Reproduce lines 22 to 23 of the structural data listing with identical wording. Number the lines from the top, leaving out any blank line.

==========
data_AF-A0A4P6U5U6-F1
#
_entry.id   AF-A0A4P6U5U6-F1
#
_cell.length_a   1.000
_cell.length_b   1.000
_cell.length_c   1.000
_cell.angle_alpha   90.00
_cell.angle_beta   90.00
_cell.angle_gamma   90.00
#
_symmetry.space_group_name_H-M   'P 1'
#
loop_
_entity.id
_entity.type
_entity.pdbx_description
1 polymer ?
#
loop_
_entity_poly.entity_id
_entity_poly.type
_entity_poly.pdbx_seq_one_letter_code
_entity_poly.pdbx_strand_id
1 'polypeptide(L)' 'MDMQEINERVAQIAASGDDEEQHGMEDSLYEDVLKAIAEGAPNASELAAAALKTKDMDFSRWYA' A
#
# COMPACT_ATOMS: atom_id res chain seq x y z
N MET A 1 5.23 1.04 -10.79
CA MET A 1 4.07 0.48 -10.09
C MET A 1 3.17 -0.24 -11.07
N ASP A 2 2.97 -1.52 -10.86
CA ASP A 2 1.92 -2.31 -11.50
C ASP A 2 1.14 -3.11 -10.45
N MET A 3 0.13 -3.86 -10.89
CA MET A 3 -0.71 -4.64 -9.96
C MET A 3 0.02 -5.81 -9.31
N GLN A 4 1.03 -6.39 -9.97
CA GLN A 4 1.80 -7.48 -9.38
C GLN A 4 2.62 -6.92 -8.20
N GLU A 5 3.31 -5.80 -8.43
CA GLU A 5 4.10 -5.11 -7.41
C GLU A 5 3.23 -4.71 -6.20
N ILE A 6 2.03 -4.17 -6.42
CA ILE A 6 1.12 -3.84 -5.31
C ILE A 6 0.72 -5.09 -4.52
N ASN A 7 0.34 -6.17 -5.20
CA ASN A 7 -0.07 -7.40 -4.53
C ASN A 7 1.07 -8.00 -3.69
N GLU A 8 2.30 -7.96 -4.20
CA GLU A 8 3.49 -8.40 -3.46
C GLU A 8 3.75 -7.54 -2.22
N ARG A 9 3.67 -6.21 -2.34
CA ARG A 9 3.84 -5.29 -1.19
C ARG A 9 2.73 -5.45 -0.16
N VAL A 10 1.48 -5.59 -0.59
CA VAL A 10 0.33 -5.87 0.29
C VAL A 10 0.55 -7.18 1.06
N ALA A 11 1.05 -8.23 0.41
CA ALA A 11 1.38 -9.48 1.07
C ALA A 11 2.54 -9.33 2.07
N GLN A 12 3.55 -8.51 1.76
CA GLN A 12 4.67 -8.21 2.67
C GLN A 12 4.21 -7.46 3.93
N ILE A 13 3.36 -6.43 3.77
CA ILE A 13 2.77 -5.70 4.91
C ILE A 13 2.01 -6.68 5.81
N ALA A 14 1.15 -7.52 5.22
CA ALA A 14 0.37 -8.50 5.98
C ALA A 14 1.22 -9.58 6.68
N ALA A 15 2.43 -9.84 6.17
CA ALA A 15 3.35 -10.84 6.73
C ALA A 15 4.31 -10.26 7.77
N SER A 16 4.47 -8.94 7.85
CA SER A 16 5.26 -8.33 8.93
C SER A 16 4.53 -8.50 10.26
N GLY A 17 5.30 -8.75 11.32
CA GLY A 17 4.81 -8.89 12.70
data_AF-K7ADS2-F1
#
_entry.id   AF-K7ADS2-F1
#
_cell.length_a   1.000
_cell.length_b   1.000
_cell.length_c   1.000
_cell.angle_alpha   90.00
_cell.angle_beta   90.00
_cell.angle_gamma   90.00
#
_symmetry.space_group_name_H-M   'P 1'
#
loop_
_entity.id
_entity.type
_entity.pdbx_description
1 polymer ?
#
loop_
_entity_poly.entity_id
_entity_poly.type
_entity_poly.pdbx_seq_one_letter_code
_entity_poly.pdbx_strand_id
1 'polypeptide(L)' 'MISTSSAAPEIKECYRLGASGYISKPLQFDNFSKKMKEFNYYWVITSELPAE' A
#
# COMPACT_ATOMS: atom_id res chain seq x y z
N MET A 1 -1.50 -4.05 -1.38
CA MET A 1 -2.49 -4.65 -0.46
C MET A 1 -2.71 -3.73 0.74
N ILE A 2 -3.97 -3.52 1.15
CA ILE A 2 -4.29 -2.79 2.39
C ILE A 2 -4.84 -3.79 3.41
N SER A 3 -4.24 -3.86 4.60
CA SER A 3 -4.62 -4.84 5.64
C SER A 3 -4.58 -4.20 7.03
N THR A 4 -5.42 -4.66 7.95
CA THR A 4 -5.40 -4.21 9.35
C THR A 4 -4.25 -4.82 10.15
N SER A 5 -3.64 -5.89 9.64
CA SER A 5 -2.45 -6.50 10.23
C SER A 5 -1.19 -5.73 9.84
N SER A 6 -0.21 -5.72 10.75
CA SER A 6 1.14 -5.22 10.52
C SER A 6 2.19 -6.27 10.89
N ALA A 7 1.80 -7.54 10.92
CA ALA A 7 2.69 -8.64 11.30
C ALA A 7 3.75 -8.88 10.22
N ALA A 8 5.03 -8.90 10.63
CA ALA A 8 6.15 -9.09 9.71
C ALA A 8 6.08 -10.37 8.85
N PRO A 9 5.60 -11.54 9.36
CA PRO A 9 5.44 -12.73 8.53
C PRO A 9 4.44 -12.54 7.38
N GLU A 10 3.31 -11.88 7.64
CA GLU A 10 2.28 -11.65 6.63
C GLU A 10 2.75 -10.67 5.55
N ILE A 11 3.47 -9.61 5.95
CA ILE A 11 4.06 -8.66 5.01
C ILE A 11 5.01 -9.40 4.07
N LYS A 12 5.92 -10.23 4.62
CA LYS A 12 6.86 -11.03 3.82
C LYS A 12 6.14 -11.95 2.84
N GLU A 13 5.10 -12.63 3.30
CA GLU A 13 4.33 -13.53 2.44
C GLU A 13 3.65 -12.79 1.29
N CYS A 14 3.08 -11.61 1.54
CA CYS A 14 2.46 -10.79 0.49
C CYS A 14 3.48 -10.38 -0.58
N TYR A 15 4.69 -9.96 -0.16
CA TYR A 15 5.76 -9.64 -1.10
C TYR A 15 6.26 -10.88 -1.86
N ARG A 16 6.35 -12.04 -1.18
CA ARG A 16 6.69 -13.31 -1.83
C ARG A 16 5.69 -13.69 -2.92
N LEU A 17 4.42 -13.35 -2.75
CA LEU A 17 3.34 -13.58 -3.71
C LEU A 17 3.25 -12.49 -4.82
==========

_entity_poly.type
_entity_poly.pdbx_seq_one_letter_code